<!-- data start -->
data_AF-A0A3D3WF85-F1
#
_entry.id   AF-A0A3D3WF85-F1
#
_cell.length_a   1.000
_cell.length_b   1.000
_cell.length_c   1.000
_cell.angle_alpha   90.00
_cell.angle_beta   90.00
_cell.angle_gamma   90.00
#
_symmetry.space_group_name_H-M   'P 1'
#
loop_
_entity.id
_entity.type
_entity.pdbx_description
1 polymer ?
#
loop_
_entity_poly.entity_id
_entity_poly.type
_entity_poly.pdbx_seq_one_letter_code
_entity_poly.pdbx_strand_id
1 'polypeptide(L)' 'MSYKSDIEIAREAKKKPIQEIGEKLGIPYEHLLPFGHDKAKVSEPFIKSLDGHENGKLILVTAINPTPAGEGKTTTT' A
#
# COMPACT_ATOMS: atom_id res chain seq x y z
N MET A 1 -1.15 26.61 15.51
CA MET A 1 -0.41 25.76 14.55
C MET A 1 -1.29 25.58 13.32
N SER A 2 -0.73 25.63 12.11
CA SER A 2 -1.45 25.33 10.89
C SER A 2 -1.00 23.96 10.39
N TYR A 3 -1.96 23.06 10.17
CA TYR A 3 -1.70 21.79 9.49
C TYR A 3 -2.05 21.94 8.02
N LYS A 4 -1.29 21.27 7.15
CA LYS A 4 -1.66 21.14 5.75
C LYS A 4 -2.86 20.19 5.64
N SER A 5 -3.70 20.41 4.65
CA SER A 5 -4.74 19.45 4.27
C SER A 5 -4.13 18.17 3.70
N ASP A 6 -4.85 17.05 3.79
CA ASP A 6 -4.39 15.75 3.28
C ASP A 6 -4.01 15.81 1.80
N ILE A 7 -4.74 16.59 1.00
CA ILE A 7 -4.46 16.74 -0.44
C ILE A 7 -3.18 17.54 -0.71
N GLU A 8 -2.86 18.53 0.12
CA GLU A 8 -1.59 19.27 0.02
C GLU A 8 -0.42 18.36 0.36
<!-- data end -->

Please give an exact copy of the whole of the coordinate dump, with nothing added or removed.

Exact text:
data_AF-A0A3D3WF85-F1
#
_entry.id   AF-A0A3D3WF85-F1
#
_cell.length_a   1.000
_cell.length_b   1.000
_cell.length_c   1.000
_cell.angle_alpha   90.00
_cell.angle_beta   90.00
_cell.angle_gamma   90.00
#
_symmetry.space_group_name_H-M   'P 1'
#
loop_
_entity.id
_entity.type
_entity.pdbx_description
1 polymer ?
#
loop_
_entity_poly.entity_id
_entity_poly.type
_entity_poly.pdbx_seq_one_letter_code
_entity_poly.pdbx_strand_id
1 'polypeptide(L)' 'MSYKSDIEIAREAKKKPIQEIGEKLGIPYEHLLPFGHDKAKVSEPFIKSLDGHENGKLILVTAINPTPAGEGKTTTT' A
#
# COMPACT_ATOMS: atom_id res chain seq x y z
N MET A 1 -1.15 26.61 15.51
CA MET A 1 -0.41 25.76 14.55
C MET A 1 -1.29 25.58 13.32
N SER A 2 -0.73 25.63 12.11
CA SER A 2 -1.45 25.33 10.89
C SER A 2 -1.00 23.96 10.39
N TYR A 3 -1.96 23.06 10.17
CA TYR A 3 -1.70 21.79 9.49
C TYR A 3 -2.05 21.94 8.02
N LYS A 4 -1.29 21.27 7.15
CA LYS A 4 -1.66 21.14 5.75
C LYS A 4 -2.86 20.19 5.64
N SER A 5 -3.70 20.41 4.65
CA SER A 5 -4.74 19.45 4.27
C SER A 5 -4.13 18.17 3.70
N ASP A 6 -4.85 17.05 3.79
CA ASP A 6 -4.39 15.75 3.28
C ASP A 6 -4.01 15.81 1.80
N ILE A 7 -4.74 16.59 1.00
CA ILE A 7 -4.46 16.74 -0.44
C ILE A 7 -3.18 17.54 -0.71
N GLU A 8 -2.86 18.53 0.12
CA GLU A 8 -1.59 19.27 0.02
C GLU A 8 -0.42 18.36 0.36